Between 1968 and 1977 Mingering Mike produced more than 50 albums and a similar number of 45rpm singles on his own record labels. He performed for sellout audiences and wrote and starred in 9 films. This was the stuff of legends ... and fertile imaginations.
The real Mike, from Washington DC, did in fact record some songs at home with his cousins on a reel-to-reel player and even paid for some acetate pressings. His brother was the manager of a local music venue so Mike got to attend a fair number of shows that helped fuel his desire for a recording career. But that's about as far as it went. In lieu of a life of fame and fortune Mike redirected the enormous energy of his inner life into creating an imaginary career for his alter-ego, Mingering Mike.
He sketched, painted and wrote album covers and liner notes from scrap carboard, fastidiously added grooves to 'records' and made up record label names, song titles, tour diaries and included testimonial quotes from real and imagined supporters of Mingering Mike.
The obsession was also his escape during his years in hiding after going AWOL to avoid being sent to Vietnam. Some time after he resurfaced following the blanket amnesty offered by Jimmy Carter in 1977, Mike gave up his private pastime to get a real job and the Mingering Mike legacy of his youth found its way into storage.
Cue 2003 and the storage company changes hands and rather than give any leeway for late rental fees, Mike's possessions are auctioned off and the Mingering Mike collection ends up at a 2nd hand record shop in DC. An avid fringe collector, Dori Hadar, discovers the work and after intense discussion with acquaintances on the Soul Strut forums, interest from major media outlets is piqued and the real Mike is tracked down, interviewed and reintroduced to his imaginary past.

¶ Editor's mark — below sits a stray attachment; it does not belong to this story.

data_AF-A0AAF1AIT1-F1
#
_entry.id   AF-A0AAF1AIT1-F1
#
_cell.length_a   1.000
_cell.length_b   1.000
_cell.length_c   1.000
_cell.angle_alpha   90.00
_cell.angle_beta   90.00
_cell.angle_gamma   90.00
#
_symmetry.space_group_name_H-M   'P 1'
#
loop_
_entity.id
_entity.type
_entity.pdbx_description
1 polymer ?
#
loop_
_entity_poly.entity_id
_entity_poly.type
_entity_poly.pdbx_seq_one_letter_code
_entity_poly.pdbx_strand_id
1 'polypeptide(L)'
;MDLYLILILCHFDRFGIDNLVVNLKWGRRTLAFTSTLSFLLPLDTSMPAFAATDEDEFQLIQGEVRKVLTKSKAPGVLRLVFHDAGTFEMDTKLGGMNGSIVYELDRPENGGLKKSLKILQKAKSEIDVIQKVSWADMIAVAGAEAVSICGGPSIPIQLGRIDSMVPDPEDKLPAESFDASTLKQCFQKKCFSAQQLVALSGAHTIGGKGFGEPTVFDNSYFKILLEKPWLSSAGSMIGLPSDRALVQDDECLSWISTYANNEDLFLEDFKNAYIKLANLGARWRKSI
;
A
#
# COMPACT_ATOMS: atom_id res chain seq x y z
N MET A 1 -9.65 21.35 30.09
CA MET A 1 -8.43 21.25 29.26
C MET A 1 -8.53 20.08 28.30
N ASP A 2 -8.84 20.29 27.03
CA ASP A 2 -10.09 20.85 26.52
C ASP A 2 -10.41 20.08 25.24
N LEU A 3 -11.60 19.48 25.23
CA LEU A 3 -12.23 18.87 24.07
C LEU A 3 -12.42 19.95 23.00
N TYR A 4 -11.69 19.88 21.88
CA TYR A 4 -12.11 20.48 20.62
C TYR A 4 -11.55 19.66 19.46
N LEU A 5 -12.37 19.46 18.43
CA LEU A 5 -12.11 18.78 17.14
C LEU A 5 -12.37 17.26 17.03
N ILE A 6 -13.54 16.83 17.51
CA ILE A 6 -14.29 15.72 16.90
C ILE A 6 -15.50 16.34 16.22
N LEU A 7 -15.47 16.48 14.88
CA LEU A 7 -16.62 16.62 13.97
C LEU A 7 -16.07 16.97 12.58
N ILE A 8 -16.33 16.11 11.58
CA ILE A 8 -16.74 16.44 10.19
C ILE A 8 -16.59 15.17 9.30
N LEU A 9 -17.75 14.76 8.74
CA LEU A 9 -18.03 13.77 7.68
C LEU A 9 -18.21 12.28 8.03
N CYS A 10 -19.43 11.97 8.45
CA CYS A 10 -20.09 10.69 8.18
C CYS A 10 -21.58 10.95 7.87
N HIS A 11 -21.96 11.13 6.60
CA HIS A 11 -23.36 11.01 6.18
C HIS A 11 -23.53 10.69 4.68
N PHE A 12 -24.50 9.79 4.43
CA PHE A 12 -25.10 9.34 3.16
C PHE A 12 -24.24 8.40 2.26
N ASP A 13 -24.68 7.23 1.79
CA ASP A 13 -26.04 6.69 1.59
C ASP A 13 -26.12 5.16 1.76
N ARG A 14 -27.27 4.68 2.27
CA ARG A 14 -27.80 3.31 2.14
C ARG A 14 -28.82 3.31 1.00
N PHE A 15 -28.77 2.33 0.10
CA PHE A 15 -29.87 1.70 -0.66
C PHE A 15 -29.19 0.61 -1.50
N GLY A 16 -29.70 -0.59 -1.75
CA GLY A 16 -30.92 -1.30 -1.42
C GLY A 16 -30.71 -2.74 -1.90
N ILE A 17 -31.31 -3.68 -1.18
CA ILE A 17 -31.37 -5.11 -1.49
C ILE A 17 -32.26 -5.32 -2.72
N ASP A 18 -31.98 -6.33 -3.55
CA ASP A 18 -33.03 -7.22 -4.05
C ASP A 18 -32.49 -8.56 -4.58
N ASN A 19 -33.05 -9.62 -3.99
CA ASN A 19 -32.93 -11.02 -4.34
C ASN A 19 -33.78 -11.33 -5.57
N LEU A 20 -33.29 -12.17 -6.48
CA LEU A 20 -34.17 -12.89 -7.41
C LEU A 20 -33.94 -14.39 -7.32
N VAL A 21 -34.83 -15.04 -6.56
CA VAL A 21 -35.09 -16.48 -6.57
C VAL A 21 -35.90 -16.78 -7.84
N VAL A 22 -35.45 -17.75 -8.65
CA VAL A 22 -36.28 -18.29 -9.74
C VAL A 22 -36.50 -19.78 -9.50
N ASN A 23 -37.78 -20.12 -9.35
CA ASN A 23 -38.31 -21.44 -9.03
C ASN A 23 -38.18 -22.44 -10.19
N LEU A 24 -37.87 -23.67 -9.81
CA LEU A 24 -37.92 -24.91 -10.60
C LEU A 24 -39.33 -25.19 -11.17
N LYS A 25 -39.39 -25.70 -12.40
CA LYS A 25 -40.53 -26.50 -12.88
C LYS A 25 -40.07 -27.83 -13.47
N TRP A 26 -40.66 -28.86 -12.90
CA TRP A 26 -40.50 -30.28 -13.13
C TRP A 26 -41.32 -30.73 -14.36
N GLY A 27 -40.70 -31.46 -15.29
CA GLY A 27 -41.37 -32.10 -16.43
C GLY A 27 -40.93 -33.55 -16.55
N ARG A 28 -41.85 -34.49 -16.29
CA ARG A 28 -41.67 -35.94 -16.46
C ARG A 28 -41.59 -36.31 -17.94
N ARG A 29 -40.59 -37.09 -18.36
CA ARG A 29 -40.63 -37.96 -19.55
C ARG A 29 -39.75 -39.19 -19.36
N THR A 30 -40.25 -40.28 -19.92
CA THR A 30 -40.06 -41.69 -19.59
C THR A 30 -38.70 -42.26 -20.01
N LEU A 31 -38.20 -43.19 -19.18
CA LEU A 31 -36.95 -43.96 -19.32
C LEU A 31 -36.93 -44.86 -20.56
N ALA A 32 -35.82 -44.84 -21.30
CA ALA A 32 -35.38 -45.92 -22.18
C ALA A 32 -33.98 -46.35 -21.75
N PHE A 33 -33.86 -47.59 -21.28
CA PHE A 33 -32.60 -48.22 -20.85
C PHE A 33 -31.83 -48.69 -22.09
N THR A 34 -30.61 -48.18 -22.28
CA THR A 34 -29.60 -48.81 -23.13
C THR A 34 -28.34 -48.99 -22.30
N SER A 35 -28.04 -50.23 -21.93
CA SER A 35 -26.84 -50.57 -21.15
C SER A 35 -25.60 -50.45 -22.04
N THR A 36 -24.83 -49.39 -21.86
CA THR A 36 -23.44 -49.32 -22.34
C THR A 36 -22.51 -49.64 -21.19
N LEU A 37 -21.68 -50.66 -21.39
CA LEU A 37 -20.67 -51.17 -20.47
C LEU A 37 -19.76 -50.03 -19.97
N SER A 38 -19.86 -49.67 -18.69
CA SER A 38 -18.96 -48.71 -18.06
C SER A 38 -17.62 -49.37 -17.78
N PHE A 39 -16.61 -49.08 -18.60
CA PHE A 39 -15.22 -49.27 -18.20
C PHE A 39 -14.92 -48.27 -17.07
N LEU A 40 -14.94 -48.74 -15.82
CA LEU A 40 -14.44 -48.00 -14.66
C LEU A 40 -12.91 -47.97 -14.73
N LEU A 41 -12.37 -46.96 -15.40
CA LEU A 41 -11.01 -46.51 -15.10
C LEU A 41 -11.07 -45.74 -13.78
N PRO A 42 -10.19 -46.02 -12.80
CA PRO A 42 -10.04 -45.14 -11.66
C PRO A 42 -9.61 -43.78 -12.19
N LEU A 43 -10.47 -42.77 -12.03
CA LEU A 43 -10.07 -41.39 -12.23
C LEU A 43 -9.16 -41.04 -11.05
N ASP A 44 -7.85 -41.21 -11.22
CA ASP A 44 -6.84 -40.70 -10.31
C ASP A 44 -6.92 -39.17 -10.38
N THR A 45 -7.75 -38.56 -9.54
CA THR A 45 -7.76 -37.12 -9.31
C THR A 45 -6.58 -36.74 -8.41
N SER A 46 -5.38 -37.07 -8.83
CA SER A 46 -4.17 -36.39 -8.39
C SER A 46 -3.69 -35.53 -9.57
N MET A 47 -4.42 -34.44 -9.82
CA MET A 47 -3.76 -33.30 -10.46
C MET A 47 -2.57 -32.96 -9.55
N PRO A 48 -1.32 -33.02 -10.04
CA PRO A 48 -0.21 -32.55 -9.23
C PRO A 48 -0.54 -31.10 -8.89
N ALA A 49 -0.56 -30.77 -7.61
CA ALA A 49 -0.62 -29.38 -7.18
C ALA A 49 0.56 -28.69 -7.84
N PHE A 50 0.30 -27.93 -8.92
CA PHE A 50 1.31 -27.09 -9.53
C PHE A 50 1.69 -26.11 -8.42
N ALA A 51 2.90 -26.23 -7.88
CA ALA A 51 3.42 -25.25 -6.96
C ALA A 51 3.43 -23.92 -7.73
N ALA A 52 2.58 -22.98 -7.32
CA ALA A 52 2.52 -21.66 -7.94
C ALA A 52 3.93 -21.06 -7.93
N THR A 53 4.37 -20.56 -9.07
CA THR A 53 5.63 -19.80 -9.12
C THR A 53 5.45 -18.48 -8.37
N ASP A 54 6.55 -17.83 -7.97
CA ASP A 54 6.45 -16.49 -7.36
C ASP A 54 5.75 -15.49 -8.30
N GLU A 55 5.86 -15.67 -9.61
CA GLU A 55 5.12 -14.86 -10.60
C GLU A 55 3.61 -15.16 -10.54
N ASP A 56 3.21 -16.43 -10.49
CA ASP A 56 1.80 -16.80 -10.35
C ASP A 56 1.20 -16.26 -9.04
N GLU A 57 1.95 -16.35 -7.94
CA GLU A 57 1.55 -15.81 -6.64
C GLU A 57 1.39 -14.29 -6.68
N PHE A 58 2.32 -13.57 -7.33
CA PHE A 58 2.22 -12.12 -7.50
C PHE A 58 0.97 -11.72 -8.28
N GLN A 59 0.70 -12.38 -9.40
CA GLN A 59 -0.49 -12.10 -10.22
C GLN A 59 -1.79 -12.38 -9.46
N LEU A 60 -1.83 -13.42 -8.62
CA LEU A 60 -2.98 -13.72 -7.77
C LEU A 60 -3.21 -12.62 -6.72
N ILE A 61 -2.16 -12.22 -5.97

It's naive and unsophisticated certainly, and as individual pieces these wouldn't ordinarily have an artistic life beyond a suburban bedroom wall perhaps, but as a body of work the Mingering Mike collection is something of a testimony itself to all our creative inner lives and obsessions. I can relate to it as a kind of psychological quirk because it isn't pretentious or beyond the ability of most people and it's something like 'some things' I dreamt or half attempted, after a fashion, as a youngster myself.
'Mingering Mike - The Amazing Career of an Imaginary Soul Superstar' by Dori Hadar will be released by Princeton Architectural Press in a couple of weeks.
Incidentally, Mike - who has been careful to maintain his anonymity, although the book has early photographs of him - has been inspired by the recent interest in his erstwhile outsider art career and at the time the book was written had started constructing a portable record player from cardboard for his next gallery showing.
I was sent a copy of this book (without obligation). It's just under 200 pages, with a couple of essays and a description of the collection (re)discovery and subsequent meetings with Mike. It also has a large number of colour photographs of the Mingering Mike collection, from where the above images were scanned.
Friday, April 13, 2007
Posted by peacay at 5:32 pm